If you do experience chafed skin, there are ways you can help soothe the pain and help it heal. Gently wash the area with warm water and soap to reduce the chance of infection. Pat dry ¨C don’t rub or you might irritate it further. Keeping dry is important, so dusting dry skin with baby powder or cornstarch may help. “Excess moisture around your privates can lead to skin irritation and unpleasant odors,” noted DoctorOz.com. “Use cornstarch to keep this area dry and fresh. Avoid talcum powder for this purpose; application of the substance to this area of the body may slightly increase the risk of ovarian cancer in some women, although the risk is still unclear.” Don’t use cornstarch on wet skin or on a fungal infection, as it acts as food for skin fungus.
Lotions may help soothe the irritated skin, as well as provide friction-reducing lubrication. Your health care professional may even suggest a medicated ointment to relieve pain and help the skin heal. Also, try to give your skin some time to heal; take a few days off from exercise that has caused skin chafing. If your chafed skin is extremely painful or does not heal soon, consult your doctor to make sure you don¡¯t have a more serious skin infection.
An athletic supporter is designed to protect the penis and the testicles for any male playing a sport. The athletic supporter, also know as a jock strap, is usually coupled with a protective cup when playing contact sports, like football or hockey, that involve a lot of hard hitting. Baseball players also wear cups because of the hardness of the baseball.
Purchase a jock strap that fits comfortably. The size on the label refers to your waist size. It does not have to do with the size of the package. If you feel you need a larger protective area, buy a larger size athletic supporter and have the waistband taken in so it fits properly. When the athletic supporter is worn without a protective cup, the package should fit snugly and securely in the protective pouch. If it is too loose, you will not have sufficient support.
Slide the protective cup inside the sleeve if you are playing a hard contact sport. This cup will protect you in case a projectile, like a puck or a baseball, hits you directly in this delicate area. It will also protect you if an errant foot, knee or fist comes your way. The athletic supporter still needs to fit snugly when wearing the protector, but it does not have to be quite as tight to the body. It should not restrict your movements too much. Some people find it difficult to run and maneuver with a cup, but there is a trade-off with the protection provided.
Wear compression shorts over your athletic supporter for added protection. Do this if you’re not wearing a cup. Compression shorts give extra protection from pulled hamstring or groin muscles, and they also provide additional padding to the package area.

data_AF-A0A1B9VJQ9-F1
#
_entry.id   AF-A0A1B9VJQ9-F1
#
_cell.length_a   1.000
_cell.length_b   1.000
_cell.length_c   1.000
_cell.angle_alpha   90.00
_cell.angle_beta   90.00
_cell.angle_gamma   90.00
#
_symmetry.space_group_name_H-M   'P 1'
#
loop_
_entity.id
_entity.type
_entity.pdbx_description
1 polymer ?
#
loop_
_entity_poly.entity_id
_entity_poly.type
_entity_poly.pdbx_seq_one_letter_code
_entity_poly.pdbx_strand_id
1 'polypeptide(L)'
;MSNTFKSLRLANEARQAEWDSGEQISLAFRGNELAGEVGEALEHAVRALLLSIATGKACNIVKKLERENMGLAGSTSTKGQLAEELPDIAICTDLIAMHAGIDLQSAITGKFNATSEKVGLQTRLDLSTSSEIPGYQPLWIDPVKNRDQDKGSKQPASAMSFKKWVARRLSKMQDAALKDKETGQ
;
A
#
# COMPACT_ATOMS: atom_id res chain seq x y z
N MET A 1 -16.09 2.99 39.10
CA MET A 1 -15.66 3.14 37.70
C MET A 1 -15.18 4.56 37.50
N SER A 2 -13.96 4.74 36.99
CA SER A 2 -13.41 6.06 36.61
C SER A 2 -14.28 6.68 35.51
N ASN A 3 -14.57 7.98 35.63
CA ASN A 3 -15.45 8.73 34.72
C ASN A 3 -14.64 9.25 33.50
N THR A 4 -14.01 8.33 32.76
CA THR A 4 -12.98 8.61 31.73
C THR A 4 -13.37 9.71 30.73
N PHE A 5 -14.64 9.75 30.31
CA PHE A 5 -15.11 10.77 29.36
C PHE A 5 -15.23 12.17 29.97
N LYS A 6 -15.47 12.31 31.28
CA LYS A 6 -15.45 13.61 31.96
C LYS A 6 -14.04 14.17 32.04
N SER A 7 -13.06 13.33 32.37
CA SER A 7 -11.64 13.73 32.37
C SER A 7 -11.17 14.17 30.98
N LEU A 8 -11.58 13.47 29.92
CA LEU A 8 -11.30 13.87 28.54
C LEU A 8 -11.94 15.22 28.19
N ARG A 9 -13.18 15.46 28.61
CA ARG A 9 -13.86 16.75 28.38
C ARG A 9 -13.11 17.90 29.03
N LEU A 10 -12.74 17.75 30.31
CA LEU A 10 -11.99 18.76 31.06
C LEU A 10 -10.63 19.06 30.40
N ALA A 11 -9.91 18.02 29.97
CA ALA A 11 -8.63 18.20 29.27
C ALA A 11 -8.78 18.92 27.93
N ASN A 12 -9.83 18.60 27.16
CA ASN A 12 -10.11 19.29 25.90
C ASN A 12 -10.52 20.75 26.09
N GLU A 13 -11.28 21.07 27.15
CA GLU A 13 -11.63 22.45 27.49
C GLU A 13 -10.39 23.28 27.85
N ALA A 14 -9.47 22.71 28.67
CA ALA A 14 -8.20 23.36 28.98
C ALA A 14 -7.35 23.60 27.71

Make sure the straps in the back of the athletic supporter are not twisted. Do this when you first put the athletic supporter on. However, if you’re doing a lot of up-and-down movements, the straps can get twisted. Check them whenever you get an opportunity to go into the locker room.
You should always pay attention to a headache before, during or after a football practice, because it might signal something much more significant. Headaches can arise from something as simple as dehydration, but they can also signify a brain injury, such as a concussion. Players with headaches should never ignore the pain and should stop practicing immediately to seek medical attention because headaches remain dangerous for any football player.
While not all headaches on the football field come from concussions, the book “Head Games: Football’s Concussion Crisis from the NFL to Youth Leagues” reports that up to 47 percent of all high school football players have suffered a concussion. Many of these concussions go unreported because these players do not want to lose their spots on the team. Many players believe that they should not worry about headaches unless they lead to or result from unconsciousness, but all players should have an awareness about the dangers of head trauma.
Countless deaths have occurred after high school practices and games over the years, with many of the deceased reporting headaches in the hours leading up to their deaths. In 2008, offensive lineman Atlas Fraley called for emergency attention after complaining of a headache after football practice. When the paramedics arrived, they diagnosed it as dehydration and left him at home after pumping him with fluids. Family found Fraley dead a few hours later because of head trauma he suffered at practice, the KnowConcussion website reports.
Professional football player Percy Harvin did not, as of the 2010 season, have a history of concussion, but reported suffering from migraine headaches occasionally. During a practice before the 2010 NFL season, Harvin complained of a headache, but soon returned to the field after receiving medical attention. The Minnesota Vikings wide receiver later collapsed on the field and the team¡¯s medical staff rushed him to hospital. This shows you should receive immediate medical attention for any headache you suffer from on the field, regardless whether direct contact occurred with the head or not.
Headaches can occur for different reasons during football practice, but no player should ever ignore them. In a contact sport, any number of collisions can cause a concussion, and a player should never return to the field until all of the symptoms have subsided. Those who return to the field before the headache has disappeared have a much greater risk of suffering from extremely dangerous conditions like second impact syndrome or post-concussion syndrome, researchers warned in a study published in 2001 in the journal “American Family Physician.”
Muscle cramps are the result of low sodium levels in your body, and several factors can influence the development. The type of fluids you consume prior to and during exercise is important, and heat can also affect your body’s internal health. Muscle cramps are minor injuries that often subside after a few minutes, but when they occur it is dangerous to use the muscle, as damage to the tissues may result. Severe cramping can also damage the muscles on its own. If you develop cramps during a football game, particularly one played in hot weather, there is an easy course of action to treat the cramp and prevent a recurrence.